McMaster prof: RSV is serious

The respiratory syncytial virus can go from bad to worse very quickly, says Dawn Bowdish.

Brighter World, McMaster University 2 minute read October 7, 2021
McMaster prof Dawn Bowdish

Dawn Bowdish says Montreal is already seeing RSV outbreaks. SUPPLIED

By: Andrea Lawson

Dawn Bowdish, professor and Canada research chair in aging immunity at McMaster, says this year’s cold and flu season could put a strain on the province’s already overloaded health care system.

When it comes to the viruses we normally see in the fall and winter, last year was a quiet one.

“It was really quite remarkable,” Bowdish told CBC Radio, noting that public health measures meant to protect against COVID-19, including masking and physical distancing, were extra effective in preventing the spread of viruses like influenza, respiratory syncytial virus (RSV) and the common cold.

This year, things are looking different. Influenza rates still appear to be lower than average, but RSV is looking a lot worse, she says.

“It’s come earlier than normal, the case rates are a bit higher, we’re also seeing higher rates of many, many common respiratory viruses,” says Bowdish. “All these other viruses with symptoms like CoV-2 can really put a strain on our health care system and our testing systems as people with symptoms go and get tested.”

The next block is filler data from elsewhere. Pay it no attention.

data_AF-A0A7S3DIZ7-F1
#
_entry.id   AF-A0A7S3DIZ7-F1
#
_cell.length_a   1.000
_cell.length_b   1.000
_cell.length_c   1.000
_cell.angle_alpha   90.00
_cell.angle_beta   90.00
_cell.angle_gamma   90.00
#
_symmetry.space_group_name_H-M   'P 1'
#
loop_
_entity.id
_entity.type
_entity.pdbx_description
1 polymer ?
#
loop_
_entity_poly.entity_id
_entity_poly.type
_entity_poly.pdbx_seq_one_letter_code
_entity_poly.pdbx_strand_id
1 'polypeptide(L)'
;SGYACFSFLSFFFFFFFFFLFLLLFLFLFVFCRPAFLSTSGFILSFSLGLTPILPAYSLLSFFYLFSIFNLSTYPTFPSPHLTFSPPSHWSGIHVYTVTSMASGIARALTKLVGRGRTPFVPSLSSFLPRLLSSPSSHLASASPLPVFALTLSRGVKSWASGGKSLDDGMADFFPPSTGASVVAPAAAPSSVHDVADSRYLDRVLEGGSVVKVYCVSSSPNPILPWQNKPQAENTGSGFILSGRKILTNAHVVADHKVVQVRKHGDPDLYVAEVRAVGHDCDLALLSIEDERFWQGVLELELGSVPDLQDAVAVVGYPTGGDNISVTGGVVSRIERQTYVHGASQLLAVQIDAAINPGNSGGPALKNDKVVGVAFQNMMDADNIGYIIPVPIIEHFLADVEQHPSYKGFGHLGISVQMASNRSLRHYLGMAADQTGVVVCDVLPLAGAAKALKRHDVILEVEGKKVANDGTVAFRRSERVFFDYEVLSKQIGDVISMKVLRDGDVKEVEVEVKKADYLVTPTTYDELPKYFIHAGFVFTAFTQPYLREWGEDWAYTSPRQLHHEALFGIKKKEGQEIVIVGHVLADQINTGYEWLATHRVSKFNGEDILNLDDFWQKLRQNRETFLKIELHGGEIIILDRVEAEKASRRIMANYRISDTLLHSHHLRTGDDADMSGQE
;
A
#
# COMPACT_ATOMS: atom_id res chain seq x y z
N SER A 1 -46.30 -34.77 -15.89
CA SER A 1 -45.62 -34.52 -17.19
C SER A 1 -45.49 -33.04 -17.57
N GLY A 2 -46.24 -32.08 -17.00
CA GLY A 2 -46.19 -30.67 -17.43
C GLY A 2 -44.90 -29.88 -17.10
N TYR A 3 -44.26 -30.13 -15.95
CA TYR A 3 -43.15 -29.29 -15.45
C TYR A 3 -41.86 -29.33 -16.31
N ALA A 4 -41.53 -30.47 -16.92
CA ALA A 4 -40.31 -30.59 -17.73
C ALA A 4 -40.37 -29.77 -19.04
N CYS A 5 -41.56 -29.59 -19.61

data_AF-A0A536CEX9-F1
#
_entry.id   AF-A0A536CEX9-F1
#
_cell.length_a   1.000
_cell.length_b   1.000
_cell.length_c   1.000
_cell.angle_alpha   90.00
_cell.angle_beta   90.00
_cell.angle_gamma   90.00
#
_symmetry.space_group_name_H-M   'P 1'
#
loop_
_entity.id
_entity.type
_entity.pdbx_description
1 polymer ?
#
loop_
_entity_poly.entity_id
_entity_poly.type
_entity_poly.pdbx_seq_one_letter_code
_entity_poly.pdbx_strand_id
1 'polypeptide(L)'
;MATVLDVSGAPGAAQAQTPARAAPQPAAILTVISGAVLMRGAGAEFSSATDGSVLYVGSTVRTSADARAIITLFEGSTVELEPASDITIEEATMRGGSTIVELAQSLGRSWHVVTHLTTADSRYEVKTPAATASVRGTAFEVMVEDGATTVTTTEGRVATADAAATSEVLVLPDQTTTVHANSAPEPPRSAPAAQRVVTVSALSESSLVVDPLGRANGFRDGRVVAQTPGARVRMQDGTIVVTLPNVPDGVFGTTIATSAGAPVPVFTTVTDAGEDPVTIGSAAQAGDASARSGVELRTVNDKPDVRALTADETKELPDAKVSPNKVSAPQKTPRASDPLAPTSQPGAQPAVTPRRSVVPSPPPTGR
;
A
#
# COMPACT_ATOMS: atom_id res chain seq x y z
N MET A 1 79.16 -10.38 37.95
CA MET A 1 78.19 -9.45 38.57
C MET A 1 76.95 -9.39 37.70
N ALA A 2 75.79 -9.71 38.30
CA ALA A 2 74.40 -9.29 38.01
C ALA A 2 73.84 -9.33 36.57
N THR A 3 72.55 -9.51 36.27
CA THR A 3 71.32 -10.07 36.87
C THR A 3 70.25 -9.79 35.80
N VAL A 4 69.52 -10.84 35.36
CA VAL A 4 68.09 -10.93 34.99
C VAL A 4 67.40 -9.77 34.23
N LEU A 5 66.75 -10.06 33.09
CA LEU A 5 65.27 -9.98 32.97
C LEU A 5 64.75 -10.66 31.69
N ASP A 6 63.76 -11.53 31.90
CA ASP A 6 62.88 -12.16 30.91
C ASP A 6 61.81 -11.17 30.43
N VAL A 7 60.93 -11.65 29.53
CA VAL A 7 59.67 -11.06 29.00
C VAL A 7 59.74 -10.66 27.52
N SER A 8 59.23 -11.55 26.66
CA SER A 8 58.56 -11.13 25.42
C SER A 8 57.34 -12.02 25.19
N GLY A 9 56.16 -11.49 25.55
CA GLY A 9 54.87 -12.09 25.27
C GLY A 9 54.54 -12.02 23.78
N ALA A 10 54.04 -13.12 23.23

Some places, like Montreal, are already seeing RSV outbreaks among young children. Bowdish says parents need to know it’s a very serious virus.

“It’s an infection that can go from bad to worse very quickly and it has many of the same symptoms as influenza or SARS CoV-2 — headaches, lethargy, cough, fever,” she says, adding that parents should get their kids to a doctor if they’re concerned.

Any increase in hospitalizations will be hard on the health care system, she says. Flu shots, masking and not socializing with anyone who has symptoms continue to be key.

“We really all need to do our part to give our health care system and health care workers a break. We don’t want to run into a situation where everyone ends up with poorer care because there’s just more people in the hospital.”

This story was originally published on Brighter World. Find the original story here.